Filin would boast fewer prospects against a high-tech opponent such as a NATO navy. It would offer some nuisance value for Russian skippers. After all, lone wolves have used lasers to harass airline pilots - the aerial counterpart to the bridge team aboard ship - in the years since 9/11. Last year the U.S. government accused China's navy of beaming lasers at U.S. military aircraft flying near Djibouti, the Horn of Africa seaport where China and America both operate military bases. Two aviators suffered injuries.

So there's ample precedent for deploying harassment weapons. Camouflage paint schemes applied to ship hulls during the world wars amounted to a passive effort to deceive enemy eyeballs. Light-emitting weaponry is merely an active, far more aggressive version of time-honored deceptive practices.

Bear in mind, though, that modern warships rely less and less on the naked eye to navigate and fight. They handle the fire-control problem chiefly through sensors and computers. For example, the Aegis combat system installed aboard U.S. Navy guided-missile cruisers and destroyers uses "phased-array" radar to detect and track surface and air targets at long range. Computers develop a fire-control solution, pass it to the weapon launcher, and - if so ordered - loft a missile toward the foe. If all goes well, the enemy never comes within visual range.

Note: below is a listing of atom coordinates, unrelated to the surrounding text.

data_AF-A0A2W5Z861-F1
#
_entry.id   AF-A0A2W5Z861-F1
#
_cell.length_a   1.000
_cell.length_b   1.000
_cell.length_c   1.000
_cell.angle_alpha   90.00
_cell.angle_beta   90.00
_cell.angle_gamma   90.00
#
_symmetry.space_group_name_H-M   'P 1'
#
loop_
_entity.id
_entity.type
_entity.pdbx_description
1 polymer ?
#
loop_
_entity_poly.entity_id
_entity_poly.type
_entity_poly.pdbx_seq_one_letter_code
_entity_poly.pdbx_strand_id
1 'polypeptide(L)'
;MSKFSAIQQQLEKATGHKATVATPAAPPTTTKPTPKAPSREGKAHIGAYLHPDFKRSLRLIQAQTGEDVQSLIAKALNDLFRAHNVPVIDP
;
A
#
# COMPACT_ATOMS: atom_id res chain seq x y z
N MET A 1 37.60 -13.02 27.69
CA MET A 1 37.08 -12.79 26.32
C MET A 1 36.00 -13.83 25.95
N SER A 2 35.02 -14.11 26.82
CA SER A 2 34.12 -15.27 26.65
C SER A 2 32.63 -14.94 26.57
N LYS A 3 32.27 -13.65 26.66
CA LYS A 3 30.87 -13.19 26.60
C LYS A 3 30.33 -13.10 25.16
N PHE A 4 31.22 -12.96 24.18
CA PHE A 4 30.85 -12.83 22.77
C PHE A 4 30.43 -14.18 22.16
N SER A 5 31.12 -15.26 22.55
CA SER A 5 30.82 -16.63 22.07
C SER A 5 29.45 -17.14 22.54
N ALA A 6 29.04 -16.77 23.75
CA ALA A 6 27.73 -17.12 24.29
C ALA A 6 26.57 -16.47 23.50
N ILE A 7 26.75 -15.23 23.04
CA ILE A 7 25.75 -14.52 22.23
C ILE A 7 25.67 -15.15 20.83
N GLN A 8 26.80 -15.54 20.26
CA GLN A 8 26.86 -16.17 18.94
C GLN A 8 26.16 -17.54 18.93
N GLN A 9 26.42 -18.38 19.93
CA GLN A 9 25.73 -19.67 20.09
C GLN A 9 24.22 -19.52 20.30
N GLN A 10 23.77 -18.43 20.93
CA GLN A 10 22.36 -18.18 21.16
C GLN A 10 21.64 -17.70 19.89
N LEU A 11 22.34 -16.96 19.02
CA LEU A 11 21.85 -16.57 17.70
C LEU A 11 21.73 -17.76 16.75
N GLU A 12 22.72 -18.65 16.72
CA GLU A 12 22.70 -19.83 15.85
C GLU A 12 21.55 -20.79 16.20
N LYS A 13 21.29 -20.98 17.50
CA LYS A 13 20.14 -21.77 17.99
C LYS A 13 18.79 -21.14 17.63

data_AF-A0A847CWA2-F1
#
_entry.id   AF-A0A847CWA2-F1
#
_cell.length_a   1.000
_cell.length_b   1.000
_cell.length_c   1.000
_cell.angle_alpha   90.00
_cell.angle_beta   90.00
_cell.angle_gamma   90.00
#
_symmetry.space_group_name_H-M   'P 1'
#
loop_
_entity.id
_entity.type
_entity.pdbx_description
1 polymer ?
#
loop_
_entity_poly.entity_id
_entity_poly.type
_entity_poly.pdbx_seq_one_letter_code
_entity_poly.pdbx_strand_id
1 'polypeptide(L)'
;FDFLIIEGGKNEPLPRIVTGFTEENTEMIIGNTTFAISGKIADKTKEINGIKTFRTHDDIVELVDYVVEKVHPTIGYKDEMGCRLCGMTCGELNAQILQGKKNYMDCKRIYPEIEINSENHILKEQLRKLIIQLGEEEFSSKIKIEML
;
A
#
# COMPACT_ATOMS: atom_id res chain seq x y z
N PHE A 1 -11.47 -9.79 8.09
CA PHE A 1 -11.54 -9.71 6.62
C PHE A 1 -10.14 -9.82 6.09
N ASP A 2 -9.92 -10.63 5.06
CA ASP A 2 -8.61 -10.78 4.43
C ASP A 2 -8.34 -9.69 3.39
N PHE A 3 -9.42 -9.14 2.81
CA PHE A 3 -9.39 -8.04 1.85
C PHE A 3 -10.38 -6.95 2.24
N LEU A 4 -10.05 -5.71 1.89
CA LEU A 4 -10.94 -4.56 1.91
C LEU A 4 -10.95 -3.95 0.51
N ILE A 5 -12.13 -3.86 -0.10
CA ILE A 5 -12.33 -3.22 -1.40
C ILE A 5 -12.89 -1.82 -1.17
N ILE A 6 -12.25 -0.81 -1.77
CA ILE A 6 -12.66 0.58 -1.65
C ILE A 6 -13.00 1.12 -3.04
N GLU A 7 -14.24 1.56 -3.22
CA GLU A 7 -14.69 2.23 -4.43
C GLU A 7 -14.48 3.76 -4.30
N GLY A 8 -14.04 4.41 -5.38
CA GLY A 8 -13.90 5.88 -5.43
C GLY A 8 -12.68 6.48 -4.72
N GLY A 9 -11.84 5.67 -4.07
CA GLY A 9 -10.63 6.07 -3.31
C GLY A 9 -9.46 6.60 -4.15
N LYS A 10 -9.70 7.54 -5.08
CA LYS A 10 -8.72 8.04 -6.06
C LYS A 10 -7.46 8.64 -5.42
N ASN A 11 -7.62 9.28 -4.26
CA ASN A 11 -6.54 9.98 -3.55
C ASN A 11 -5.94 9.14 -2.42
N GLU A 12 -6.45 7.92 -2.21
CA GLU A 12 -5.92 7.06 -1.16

Filin would accomplish little against sensor- and computer-guided armaments such as these. No Mark I Eyeball to confuse or blind. But there's a bigger question behind the saga of Admiral Gorshkov and Admiral Kasatonov and their gee-whiz weapons: Why advertise that you've fielded any sort of weapon? Aren't military folk secretive by nature, and forever trying to disguise their capabilities to keep prospective adversaries guessing?

It depends. There are good reasons to disclose your capabilities selectively. Strategic competition in times of uneasy peace is about molding perceptions of relative strength and weakness. When no guns or missiles are firing - when there's no battle to determine who wins and who loses - contestants such as the Russian Navy and U.S. Navy strive to convince important audiences back home and abroad that they would win, should war come. The one who comes off as more formidable in the minds of these audiences triumphs in the war of perceptions.